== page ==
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Partnership Industrial Center...Canbrands International breaks ground for plant

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by Karen E. Culp

SBJ Staff

Canbrands International Ltd. was to break ground for its new facility in the Partnership Industrial Center May 1. The Moncton, New Brunswick, Canada-based company produces cat litter from recycled newsprint. The company also produces ferret litter and animal bedding used for lab animals.

Canbrands began negotiations to move into the Partnership Industrial Center in July of 1994, said Karl Plumpe, associate general manager at City Utilities, who is involved in the marketing of the center. Canbrands closed on the land July 7, 1995, Plumpe said.

The Partnership Industrial Center's agreement with tenants says that after land is purchased, construction on the building should begin in a year and occupancy should follow within two years, but the center's administrative council granted Canbrands a couple of extensions, Plumpe said.

"We never thought it wasn't going to happen. We just knew that Mr. (John) Austin (president of Canbrands) was working on the plan for his business and needed some extra time," Plumpe said.

This center represents Canbrands' first expansion beyond Moncton, New Brunswick, said Diane LeBlanc, executive assistant to the president of Canbrands.

"Our No. 1 reason for coming here was that Springfield has such a good recycling program for newsprint," LeBlanc said.

Canbrands has a five-year contract with the city for access to its recycled newsprint, which it will then refine into cat litter and animal bedding at its Springfield plant, LeBlanc said.

The company has also received a grant from the Missouri Department of Natural Resources, another incentive for locating in the state, which will help it pay for the $1.3 million worth of equipment it will need at the plant.

The city will not supply all of the newsprint Canbrands needs for its plant, so it is negotiating contracts with other major haulers in town, LeBlanc said.

Barbara Lucks, materials recovery/education coordinator for the Department of Public Works' Solid Waste Management Division, said Canbrands' plan is progressive.

"This is a unique situation because we see these recycled products the city can provide being used as an attraction for business and industry. We're literally taking trash and turning into infrastructure. It speaks very well for the recycling industry in general and for Springfield's commitment to recycling specifically," Lucks said.

Canbrands will be using 12,000 tons of recycled materials per year, Lucks said.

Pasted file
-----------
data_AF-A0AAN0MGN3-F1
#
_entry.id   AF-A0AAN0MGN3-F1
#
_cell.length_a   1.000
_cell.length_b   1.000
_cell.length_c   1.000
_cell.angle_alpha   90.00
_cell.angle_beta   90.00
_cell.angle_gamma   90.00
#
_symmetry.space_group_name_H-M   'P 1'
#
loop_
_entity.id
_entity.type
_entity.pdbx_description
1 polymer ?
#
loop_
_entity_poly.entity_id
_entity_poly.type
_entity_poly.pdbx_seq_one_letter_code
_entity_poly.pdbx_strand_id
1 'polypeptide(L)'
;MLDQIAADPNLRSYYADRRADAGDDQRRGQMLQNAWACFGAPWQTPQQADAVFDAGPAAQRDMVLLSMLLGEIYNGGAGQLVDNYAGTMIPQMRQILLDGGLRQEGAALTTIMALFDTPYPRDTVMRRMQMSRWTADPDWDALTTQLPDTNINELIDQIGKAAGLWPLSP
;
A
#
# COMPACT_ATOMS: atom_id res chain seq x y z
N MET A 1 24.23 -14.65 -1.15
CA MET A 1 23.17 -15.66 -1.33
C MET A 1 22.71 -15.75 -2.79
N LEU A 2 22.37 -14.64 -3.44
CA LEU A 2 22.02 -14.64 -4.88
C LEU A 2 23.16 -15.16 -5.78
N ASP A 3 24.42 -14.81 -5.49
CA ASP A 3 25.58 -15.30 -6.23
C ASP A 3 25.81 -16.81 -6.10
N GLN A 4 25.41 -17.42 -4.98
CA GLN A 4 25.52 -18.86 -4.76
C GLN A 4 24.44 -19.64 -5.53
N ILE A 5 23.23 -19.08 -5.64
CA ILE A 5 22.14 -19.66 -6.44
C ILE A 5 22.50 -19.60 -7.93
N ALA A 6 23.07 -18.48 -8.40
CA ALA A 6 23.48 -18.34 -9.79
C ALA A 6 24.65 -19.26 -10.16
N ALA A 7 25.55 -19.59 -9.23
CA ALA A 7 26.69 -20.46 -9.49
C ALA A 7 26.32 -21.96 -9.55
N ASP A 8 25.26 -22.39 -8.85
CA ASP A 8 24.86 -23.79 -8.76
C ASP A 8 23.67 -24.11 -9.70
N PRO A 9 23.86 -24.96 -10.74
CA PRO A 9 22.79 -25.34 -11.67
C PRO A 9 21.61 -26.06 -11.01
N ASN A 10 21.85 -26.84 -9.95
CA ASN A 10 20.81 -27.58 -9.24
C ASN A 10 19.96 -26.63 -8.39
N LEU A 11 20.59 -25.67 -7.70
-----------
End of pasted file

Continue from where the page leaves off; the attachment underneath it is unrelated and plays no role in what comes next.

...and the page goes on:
"This reaffirms the entire community's commitment to recycling. Canbrands is listing as one of its No. 1 reasons for locating here that we have such a good recycling program," Lucks said.

Canbrands packages the cat litter under its own trademark label, Yesterday's News, but also operates as a private label manufacturer, LeBlanc said. Yesterday's News is sold in pet stores such as PetsMart and through veterinarian's offices.

The Canbrands building will be 30,000 square feet and sit on 4.7 acres in the Partnership Industrial Center. The company will initially employ about 15, but will increase its staff to 40 within 30 months, LeBlanc said.

Mike Bilodeau is in town now and will remain as the interim plant manager for about six months. He will be hiring staff during the summer, and the plant is set to be finished in September, with an October up-and-running date, LeBlanc said. The building team for the project includes Wehr, Wehr, Johnson and Bridgeforth and Morelock-Ross Builders, LeBlanc said.

Canbrands began in 1987 and has always been involved in recycling newsprint to produce cat litter. In 1994, the company signed an agreement with U.S.-based Golden Cat to market the product in the United States.

The Partnership Industrial Center is now about 70 percent full, Plumpe said, and, at the rate announcements are being made, it could be filled within a year, he added.

Greg Williams, of the Springfield Area Chamber of Commerce, said the center has about 90 acres available for sale. A study concerning whether a new industrial center should be built is now being conducted.

The Springfield Business & Development Corporation, which oversees the center, has hired Gene Norber, who works for Economic Development Resources in St. Louis, to report back to the corporation on what should be done to expand Springfield's industrial space. Once Norber's study is complete, the corporation will open up the results for public comment in order to get feedback on what to do next, Williams said.


'We're literally

taking trash and turning it into infrastructure.'

Barbara Lucks

City of Springfield[[In-content Ad]]


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